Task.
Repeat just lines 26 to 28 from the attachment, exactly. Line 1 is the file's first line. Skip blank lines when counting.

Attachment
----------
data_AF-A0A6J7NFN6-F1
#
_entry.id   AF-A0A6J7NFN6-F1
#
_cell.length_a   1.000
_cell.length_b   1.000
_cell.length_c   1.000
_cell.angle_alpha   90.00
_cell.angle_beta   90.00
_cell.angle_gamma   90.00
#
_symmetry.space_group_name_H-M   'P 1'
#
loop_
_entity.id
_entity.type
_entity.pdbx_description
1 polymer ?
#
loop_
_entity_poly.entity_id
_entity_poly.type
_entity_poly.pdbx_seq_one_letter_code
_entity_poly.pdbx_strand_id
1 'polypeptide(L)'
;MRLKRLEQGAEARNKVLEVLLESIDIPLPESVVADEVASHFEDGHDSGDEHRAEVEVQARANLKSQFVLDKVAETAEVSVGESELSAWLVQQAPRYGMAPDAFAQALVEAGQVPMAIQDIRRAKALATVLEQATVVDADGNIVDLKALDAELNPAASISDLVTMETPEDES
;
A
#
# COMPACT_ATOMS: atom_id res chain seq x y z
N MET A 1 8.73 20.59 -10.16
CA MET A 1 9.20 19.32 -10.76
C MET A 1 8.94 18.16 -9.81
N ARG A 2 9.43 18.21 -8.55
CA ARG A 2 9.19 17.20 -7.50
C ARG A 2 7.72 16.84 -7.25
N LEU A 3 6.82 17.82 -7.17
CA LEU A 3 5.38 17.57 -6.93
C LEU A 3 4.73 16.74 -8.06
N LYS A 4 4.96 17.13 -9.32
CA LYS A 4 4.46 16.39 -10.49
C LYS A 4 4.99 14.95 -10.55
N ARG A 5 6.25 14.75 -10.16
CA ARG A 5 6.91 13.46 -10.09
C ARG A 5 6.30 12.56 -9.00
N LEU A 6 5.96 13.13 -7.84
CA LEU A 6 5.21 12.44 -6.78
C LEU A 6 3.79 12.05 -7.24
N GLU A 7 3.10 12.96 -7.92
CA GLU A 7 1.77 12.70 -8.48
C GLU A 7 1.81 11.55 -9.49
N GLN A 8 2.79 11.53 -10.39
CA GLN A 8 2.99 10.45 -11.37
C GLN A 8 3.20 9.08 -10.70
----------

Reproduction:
;MRLKRLEQGAEARNKVLEVLLESIDIPLPESVVADEVASHFEDGHDSGDEHRAEVEVQARANLKSQFVLDKVAETAEVSVGESELSAWLVQQAPRYGMAPDAFAQALVEAGQVPMAIQDIRRAKALATVLEQATVVDADGNIVDLKALDAELNPAASISDLVTMETPEDES
;
A